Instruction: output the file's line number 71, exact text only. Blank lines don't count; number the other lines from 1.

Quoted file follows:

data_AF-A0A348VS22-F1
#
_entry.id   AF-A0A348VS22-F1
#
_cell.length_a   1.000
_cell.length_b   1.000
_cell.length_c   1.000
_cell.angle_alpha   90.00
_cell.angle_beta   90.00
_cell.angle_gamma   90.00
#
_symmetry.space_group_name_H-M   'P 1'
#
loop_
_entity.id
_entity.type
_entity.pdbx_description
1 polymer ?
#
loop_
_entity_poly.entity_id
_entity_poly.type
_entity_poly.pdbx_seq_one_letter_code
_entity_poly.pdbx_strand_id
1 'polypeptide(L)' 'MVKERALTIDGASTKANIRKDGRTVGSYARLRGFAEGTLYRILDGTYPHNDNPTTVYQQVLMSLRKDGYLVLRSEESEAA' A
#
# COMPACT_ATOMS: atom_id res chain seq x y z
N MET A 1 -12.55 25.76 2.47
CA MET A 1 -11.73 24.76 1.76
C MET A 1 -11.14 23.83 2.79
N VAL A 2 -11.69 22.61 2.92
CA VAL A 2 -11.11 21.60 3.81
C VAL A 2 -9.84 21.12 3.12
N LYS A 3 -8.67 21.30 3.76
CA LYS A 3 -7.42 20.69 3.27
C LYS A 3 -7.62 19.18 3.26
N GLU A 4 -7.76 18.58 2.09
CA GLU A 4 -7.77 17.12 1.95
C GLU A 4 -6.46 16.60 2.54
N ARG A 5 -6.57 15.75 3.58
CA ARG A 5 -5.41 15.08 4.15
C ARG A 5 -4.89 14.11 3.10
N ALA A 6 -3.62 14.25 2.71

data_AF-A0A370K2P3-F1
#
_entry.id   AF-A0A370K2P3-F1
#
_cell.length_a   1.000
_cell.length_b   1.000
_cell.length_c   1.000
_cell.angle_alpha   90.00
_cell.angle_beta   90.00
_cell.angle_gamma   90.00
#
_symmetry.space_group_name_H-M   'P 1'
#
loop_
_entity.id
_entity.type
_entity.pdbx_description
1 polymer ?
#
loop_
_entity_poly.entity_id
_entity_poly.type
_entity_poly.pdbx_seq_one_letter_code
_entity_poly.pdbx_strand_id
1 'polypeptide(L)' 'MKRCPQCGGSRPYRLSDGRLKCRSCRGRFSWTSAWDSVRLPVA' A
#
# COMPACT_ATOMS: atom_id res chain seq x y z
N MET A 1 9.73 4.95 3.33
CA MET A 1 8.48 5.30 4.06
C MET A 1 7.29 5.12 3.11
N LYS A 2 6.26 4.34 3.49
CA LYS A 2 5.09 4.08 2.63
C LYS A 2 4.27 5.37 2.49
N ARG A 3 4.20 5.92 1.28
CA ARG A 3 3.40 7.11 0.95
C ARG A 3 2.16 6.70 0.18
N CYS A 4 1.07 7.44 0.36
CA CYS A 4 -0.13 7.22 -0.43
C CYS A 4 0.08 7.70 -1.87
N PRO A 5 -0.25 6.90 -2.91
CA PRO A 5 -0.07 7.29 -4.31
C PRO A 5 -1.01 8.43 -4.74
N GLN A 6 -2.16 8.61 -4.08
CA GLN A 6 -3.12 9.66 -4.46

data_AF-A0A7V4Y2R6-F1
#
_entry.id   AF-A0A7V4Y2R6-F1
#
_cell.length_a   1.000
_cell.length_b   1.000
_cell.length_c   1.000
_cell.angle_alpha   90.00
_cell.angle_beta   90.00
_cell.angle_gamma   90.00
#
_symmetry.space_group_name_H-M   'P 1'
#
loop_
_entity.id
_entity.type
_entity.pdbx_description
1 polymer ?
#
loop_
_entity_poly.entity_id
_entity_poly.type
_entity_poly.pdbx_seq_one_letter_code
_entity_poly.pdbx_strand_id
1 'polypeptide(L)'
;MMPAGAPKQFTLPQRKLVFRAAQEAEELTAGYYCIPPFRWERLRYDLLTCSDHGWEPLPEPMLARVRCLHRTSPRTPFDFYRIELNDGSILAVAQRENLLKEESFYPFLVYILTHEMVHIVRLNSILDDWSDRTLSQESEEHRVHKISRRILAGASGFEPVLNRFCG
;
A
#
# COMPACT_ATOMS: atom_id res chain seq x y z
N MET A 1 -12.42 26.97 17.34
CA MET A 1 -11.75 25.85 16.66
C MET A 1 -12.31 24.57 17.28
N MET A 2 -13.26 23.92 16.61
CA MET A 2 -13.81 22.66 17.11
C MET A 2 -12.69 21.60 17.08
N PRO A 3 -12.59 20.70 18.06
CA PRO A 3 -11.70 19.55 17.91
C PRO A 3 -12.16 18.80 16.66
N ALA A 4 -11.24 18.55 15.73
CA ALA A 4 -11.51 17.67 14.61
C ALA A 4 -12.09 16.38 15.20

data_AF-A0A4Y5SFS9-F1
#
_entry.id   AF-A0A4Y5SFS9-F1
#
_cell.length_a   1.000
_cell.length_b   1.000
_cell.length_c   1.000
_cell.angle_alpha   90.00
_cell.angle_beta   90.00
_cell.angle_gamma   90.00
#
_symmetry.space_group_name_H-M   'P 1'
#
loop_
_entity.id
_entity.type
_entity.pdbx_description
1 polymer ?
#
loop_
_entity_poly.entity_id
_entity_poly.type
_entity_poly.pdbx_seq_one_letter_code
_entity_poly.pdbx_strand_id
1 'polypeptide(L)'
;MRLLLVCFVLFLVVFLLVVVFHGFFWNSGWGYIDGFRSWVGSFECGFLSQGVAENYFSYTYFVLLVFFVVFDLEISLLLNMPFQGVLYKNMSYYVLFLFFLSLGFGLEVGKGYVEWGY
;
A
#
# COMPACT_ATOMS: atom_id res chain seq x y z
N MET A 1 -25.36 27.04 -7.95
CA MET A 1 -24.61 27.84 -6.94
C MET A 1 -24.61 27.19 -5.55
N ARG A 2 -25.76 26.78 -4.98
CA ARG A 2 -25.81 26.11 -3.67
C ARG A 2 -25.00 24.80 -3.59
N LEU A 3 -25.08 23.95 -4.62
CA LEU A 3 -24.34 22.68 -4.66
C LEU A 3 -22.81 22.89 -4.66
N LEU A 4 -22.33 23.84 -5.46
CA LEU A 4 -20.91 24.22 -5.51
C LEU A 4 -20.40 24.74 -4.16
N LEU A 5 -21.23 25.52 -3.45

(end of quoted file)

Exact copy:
N MET A 1 9.73 4.95 3.33